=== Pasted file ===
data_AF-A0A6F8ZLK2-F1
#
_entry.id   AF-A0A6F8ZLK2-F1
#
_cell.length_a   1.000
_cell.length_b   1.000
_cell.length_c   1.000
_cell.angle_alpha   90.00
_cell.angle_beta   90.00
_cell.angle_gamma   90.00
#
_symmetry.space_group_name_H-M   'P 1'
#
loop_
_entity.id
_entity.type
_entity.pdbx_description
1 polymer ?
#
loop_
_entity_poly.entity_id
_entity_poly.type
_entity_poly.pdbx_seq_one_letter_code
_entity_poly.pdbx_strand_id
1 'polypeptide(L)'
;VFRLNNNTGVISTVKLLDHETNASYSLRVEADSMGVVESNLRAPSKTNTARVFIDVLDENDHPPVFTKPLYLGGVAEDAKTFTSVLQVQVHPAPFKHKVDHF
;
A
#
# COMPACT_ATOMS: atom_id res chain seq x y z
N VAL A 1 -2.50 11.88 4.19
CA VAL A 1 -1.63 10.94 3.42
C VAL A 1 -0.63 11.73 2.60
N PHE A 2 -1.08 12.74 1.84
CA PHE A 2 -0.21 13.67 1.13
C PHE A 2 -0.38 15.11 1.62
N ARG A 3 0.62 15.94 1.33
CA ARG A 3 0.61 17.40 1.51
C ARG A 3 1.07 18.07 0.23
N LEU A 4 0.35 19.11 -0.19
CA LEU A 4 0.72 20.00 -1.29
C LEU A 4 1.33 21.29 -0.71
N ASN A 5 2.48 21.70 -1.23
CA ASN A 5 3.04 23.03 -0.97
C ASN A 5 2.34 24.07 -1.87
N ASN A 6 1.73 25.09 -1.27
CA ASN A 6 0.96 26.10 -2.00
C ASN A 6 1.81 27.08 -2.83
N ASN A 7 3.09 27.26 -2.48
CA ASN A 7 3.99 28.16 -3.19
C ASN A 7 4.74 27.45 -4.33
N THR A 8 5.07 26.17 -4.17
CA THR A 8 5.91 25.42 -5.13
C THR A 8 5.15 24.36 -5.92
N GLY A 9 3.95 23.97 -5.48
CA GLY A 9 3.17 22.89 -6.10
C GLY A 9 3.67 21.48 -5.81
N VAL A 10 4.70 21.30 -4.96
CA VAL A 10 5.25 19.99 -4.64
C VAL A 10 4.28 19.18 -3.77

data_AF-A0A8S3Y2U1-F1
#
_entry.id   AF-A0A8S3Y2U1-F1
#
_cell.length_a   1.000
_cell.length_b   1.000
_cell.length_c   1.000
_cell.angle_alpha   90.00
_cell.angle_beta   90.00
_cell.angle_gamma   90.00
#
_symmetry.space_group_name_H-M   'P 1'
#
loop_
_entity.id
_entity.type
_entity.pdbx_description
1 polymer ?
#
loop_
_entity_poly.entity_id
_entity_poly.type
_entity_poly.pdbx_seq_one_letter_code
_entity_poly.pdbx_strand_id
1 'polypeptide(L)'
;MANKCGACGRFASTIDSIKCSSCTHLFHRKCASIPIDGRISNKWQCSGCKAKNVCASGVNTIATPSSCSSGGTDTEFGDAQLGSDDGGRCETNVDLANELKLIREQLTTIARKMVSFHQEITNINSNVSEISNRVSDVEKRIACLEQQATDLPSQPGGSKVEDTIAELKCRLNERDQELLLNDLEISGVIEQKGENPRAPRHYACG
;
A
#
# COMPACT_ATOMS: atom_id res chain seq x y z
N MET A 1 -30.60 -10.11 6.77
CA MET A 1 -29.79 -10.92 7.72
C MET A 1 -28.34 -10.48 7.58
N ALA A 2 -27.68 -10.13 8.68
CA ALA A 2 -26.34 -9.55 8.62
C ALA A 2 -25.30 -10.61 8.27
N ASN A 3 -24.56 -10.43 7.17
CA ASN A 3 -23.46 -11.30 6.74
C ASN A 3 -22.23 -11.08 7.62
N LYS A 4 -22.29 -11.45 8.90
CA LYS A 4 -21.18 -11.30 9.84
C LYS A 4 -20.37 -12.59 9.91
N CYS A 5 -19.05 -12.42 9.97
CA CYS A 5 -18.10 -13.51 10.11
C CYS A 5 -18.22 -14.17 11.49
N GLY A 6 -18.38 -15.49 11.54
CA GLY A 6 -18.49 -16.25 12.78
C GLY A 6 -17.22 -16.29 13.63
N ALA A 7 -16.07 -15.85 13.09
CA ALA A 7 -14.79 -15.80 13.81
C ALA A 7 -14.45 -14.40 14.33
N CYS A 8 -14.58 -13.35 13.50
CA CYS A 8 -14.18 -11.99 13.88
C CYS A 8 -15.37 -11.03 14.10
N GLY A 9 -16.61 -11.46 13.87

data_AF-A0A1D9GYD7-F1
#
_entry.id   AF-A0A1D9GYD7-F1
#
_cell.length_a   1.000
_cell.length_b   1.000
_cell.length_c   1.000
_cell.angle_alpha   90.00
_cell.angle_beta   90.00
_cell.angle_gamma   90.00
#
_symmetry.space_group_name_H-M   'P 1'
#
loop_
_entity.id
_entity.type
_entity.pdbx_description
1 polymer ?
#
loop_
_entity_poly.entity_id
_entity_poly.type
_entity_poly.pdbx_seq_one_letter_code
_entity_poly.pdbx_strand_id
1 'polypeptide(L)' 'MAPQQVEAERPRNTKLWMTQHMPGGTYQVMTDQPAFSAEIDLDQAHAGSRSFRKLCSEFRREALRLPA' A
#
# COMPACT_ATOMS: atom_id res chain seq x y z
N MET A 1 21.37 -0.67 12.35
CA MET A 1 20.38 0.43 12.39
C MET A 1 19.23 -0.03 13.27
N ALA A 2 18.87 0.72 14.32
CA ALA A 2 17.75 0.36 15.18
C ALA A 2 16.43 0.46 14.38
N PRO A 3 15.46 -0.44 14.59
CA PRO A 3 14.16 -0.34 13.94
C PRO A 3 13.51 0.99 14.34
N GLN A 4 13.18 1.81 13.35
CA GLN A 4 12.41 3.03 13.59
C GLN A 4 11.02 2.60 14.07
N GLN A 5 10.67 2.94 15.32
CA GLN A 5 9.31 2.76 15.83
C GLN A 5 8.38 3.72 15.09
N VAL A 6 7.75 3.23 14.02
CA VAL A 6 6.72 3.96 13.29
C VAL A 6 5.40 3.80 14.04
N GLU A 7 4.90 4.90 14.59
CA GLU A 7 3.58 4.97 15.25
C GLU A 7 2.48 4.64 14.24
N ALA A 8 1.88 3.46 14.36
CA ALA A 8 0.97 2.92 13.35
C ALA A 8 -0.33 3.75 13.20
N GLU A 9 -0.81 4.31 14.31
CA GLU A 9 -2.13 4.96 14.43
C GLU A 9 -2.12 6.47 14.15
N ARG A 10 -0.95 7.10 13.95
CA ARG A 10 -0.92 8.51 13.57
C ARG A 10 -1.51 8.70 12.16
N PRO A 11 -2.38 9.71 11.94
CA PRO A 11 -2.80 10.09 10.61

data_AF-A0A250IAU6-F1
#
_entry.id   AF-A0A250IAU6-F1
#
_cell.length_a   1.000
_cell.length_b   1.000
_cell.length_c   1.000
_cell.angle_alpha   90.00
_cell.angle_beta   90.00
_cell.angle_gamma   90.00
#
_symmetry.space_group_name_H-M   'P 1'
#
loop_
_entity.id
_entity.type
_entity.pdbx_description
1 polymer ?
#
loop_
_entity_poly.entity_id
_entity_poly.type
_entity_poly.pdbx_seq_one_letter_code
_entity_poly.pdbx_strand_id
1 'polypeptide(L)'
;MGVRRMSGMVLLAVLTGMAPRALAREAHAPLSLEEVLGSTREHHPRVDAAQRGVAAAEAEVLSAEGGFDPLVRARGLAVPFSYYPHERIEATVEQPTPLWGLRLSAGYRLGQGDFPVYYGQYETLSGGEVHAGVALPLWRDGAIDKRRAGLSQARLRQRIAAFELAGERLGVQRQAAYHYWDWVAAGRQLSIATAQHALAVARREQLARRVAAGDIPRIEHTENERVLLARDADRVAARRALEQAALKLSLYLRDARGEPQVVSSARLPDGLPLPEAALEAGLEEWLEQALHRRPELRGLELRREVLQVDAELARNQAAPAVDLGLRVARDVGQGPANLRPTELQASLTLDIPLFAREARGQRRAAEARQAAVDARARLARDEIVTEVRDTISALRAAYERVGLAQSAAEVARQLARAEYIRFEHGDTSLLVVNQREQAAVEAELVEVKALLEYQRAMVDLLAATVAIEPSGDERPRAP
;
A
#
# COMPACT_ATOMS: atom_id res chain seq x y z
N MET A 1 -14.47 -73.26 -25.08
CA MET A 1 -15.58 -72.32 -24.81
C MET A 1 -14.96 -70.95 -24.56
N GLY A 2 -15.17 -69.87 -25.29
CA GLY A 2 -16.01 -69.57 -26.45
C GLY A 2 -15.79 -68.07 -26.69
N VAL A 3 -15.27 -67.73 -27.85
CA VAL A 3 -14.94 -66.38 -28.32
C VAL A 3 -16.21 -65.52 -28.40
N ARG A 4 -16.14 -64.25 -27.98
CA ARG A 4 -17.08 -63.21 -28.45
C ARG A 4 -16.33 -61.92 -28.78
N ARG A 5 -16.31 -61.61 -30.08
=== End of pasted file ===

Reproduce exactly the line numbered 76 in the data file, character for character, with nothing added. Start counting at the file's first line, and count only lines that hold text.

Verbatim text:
_entity.type